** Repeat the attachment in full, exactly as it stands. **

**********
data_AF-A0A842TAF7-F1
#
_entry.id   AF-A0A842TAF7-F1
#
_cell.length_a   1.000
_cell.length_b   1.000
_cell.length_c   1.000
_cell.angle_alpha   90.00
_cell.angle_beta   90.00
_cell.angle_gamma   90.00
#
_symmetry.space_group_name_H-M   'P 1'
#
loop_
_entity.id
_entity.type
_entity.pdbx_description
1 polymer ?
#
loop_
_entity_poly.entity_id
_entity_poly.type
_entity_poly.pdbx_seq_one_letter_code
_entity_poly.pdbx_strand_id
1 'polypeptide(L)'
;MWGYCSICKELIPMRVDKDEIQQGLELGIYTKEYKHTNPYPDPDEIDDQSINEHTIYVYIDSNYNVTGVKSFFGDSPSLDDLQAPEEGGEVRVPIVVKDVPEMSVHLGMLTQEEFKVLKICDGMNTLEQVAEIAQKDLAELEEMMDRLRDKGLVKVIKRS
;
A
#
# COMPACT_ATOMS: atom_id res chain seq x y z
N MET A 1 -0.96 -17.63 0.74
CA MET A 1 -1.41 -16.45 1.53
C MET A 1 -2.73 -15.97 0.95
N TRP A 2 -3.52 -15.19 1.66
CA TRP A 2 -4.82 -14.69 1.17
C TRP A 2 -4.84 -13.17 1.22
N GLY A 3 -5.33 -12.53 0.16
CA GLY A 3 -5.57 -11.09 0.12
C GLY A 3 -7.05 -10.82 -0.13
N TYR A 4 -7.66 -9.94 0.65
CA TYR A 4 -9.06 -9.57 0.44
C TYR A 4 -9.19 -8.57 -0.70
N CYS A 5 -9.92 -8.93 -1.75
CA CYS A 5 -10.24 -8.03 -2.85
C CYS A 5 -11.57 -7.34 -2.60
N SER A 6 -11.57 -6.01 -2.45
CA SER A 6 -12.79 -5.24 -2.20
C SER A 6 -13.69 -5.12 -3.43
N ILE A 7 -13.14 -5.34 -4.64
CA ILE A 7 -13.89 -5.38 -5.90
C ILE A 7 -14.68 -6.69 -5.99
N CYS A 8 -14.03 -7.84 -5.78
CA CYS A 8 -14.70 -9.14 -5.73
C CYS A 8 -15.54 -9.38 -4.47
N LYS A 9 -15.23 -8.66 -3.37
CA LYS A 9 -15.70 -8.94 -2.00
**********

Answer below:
data_AF-A0A842TAF7-F1
#
_entry.id   AF-A0A842TAF7-F1
#
_cell.length_a   1.000
_cell.length_b   1.000
_cell.length_c   1.000
_cell.angle_alpha   90.00
_cell.angle_beta   90.00
_cell.angle_gamma   90.00
#
_symmetry.space_group_name_H-M   'P 1'
#
loop_
_entity.id
_entity.type
_entity.pdbx_description
1 polymer ?
#
loop_
_entity_poly.entity_id
_entity_poly.type
_entity_poly.pdbx_seq_one_letter_code
_entity_poly.pdbx_strand_id
1 'polypeptide(L)'
;MWGYCSICKELIPMRVDKDEIQQGLELGIYTKEYKHTNPYPDPDEIDDQSINEHTIYVYIDSNYNVTGVKSFFGDSPSLDDLQAPEEGGEVRVPIVVKDVPEMSVHLGMLTQEEFKVLKICDGMNTLEQVAEIAQKDLAELEEMMDRLRDKGLVKVIKRS
;
A
#
# COMPACT_ATOMS: atom_id res chain seq x y z
N MET A 1 -0.96 -17.63 0.74
CA MET A 1 -1.41 -16.45 1.53
C MET A 1 -2.73 -15.97 0.95
N TRP A 2 -3.52 -15.19 1.66
CA TRP A 2 -4.82 -14.69 1.17
C TRP A 2 -4.84 -13.17 1.22
N GLY A 3 -5.33 -12.53 0.16
CA GLY A 3 -5.57 -11.09 0.12
C GLY A 3 -7.05 -10.82 -0.13
N TYR A 4 -7.66 -9.94 0.65
CA TYR A 4 -9.06 -9.57 0.44
C TYR A 4 -9.19 -8.57 -0.70
N CYS A 5 -9.92 -8.93 -1.75
CA CYS A 5 -10.24 -8.03 -2.85
C CYS A 5 -11.57 -7.34 -2.60
N SER A 6 -11.57 -6.01 -2.45
CA SER A 6 -12.79 -5.24 -2.20
C SER A 6 -13.69 -5.12 -3.43
N ILE A 7 -13.14 -5.34 -4.64
CA ILE A 7 -13.89 -5.38 -5.90
C ILE A 7 -14.68 -6.69 -5.99
N CYS A 8 -14.03 -7.84 -5.78
CA CYS A 8 -14.70 -9.14 -5.73
C CYS A 8 -15.54 -9.38 -4.47
N LYS A 9 -15.23 -8.66 -3.37
CA LYS A 9 -15.70 -8.94 -2.00